Congratulations, 2021 graduates

How anyone made it through the last 18 months trying to complete their education is beyond most people.

JSSP Art Voices

Students from the University of Jamestown, Jamestown High School and area seniors, take a bow; You did it. You will forever be a part of “that” graduation class: the one that didn’t know if it would be in-person, virtual, or even if you’d have a teacher.

One of my art majors from Colorado sent an email thanking me for the years she was in art classes. She let me know that she and her boyfriend were each fully employed, that her fine arts major did pay off for her, and she wanted to let me know her time at the University of Jamestown was successful. Wow! That felt good!

I can imagine what life was like last year and this, because trying to teach during a pandemic (when it was not even a named disease yet) was difficult. Trying to complete any course of study during that period … for any student of any age … had to be about the worst experience any young person could have. Graduating after that experience was and is quite the accomplishment. What students learned from February 2020 to June 2021, however, had to be the best education they never paid for.

The difficulties students had just getting textbooks and supplies in March of 2020 was problem enough. I mean really problematic. Your grade depends on completing an experiment or assignment in a subject you just enrolled in less than two months earlier. School was on spring break and then shut down for the rest of the semester. All your “stuff” is still in the dorm. I mean who takes all their belongings with them during spring break? Nobody.


How anyone made it through the last 18 months trying to complete their education is beyond most people. What they did, what every instructor did - everywhere - is adapt. In academe, it's called creative problem solving or critical thinking. In real-life terms for the teachers and professors, it’s using your accumulated experience to teach under pressure in new ways. For the students, it’s probably the best possible way to learn anything: You learn experientially.

At least students in 2020 had their fall semester with regular classes. The 2021 graduates had a full year of not knowing what was about to happen; To mask or not to mask. In-person classes or no campus classes … it was about as confusing as life could be. Add the friend with COVID-19 (or God forbid, the family member or self) who fought the disease or perhaps didn’t make it. Personal fears of living or dying tossed into trying to learn any new topic or skill just seems unfathomable.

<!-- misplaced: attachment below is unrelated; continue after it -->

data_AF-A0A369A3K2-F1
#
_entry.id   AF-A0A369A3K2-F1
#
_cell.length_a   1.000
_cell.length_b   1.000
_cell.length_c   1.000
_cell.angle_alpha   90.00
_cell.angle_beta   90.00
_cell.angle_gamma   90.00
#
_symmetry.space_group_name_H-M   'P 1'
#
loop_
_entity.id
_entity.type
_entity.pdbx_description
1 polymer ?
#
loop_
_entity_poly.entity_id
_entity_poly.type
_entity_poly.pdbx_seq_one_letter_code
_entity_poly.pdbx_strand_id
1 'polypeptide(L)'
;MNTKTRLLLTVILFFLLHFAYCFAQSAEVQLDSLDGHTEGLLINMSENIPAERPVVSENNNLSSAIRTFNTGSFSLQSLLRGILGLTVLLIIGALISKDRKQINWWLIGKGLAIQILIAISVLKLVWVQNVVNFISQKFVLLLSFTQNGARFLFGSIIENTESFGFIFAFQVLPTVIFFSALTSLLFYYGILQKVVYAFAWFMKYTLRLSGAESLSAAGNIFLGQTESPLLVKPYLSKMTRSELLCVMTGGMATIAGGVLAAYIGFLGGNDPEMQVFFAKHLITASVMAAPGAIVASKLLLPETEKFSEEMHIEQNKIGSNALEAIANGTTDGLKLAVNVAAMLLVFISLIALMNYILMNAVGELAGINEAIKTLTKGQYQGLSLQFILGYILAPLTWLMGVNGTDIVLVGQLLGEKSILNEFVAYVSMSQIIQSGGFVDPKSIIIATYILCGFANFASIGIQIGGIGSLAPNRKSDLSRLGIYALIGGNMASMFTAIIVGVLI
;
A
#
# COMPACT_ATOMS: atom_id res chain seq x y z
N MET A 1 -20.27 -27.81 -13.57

Graduates from 2021 will forever have their 2020-2021 story to tell. Hopefully, it will be a good one. Whatever their story, future employers will be sure to ask questions about that year when they interview for work. Their answer will likely secure the job or they’ll flunk the ultimate test. What did you learn about yourself during the 2020-2021 shutdown?

If their answer includes a sensible response like “I needed to be prepared,” or “I learned I needed more than I could supply on my own,” or “I found the strength to overcome my fear of learning from home,” or “I developed a strength of purpose I didn’t know I had.” Your future employer will know you were learning about life that may benefit that business. You learned to think critically and solve problems in a new way. By being positive during hard times is difficult but it’s also a valuable asset.

To read more columns of Sharon Cox's columns, click here.

Bravo. Yes, bravo to every new alumni of Jamestown high school, the University of Jamestown and every school and college in the whole USA. You did it!! We’re proud of you. Now, share the strength you gained and help make this world a better place.


If anyone has an item for this column, please send it to Sharon Cox, PO Box 1559, Jamestown, ND 58402-1559.

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